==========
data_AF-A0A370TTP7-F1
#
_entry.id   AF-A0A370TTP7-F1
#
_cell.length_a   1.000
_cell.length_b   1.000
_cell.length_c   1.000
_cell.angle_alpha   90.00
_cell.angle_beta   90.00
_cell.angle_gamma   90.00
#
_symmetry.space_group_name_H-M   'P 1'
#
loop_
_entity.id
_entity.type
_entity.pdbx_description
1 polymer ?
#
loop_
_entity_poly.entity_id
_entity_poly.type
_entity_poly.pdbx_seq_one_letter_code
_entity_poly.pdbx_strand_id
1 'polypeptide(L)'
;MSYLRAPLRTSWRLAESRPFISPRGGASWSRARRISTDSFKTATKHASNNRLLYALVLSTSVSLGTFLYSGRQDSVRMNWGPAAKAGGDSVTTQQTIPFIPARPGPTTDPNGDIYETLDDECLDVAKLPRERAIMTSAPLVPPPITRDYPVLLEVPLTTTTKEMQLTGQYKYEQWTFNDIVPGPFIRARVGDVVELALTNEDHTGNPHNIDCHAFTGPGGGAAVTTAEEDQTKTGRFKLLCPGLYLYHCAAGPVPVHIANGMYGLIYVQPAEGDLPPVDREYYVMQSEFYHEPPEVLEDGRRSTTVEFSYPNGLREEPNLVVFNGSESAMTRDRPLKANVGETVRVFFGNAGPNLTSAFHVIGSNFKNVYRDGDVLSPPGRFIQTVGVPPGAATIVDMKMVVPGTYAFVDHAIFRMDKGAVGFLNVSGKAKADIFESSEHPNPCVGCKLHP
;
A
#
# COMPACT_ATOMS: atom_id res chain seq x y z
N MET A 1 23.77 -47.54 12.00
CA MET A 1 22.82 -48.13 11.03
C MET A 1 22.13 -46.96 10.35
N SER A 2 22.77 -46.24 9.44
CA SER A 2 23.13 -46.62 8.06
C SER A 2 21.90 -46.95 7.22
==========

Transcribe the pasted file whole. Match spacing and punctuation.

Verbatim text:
data_AF-A0A370TTP7-F1
#
_entry.id   AF-A0A370TTP7-F1
#
_cell.length_a   1.000
_cell.length_b   1.000
_cell.length_c   1.000
_cell.angle_alpha   90.00
_cell.angle_beta   90.00
_cell.angle_gamma   90.00
#
_symmetry.space_group_name_H-M   'P 1'
#
loop_
_entity.id
_entity.type
_entity.pdbx_description
1 polymer ?
#
loop_
_entity_poly.entity_id
_entity_poly.type
_entity_poly.pdbx_seq_one_letter_code
_entity_poly.pdbx_strand_id
1 'polypeptide(L)'
;MSYLRAPLRTSWRLAESRPFISPRGGASWSRARRISTDSFKTATKHASNNRLLYALVLSTSVSLGTFLYSGRQDSVRMNWGPAAKAGGDSVTTQQTIPFIPARPGPTTDPNGDIYETLDDECLDVAKLPRERAIMTSAPLVPPPITRDYPVLLEVPLTTTTKEMQLTGQYKYEQWTFNDIVPGPFIRARVGDVVELALTNEDHTGNPHNIDCHAFTGPGGGAAVTTAEEDQTKTGRFKLLCPGLYLYHCAAGPVPVHIANGMYGLIYVQPAEGDLPPVDREYYVMQSEFYHEPPEVLEDGRRSTTVEFSYPNGLREEPNLVVFNGSESAMTRDRPLKANVGETVRVFFGNAGPNLTSAFHVIGSNFKNVYRDGDVLSPPGRFIQTVGVPPGAATIVDMKMVVPGTYAFVDHAIFRMDKGAVGFLNVSGKAKADIFESSEHPNPCVGCKLHP
;
A
#
# COMPACT_ATOMS: atom_id res chain seq x y z
N MET A 1 23.77 -47.54 12.00
CA MET A 1 22.82 -48.13 11.03
C MET A 1 22.13 -46.96 10.35
N SER A 2 22.77 -46.24 9.44
CA SER A 2 23.13 -46.62 8.06
C SER A 2 21.90 -46.95 7.22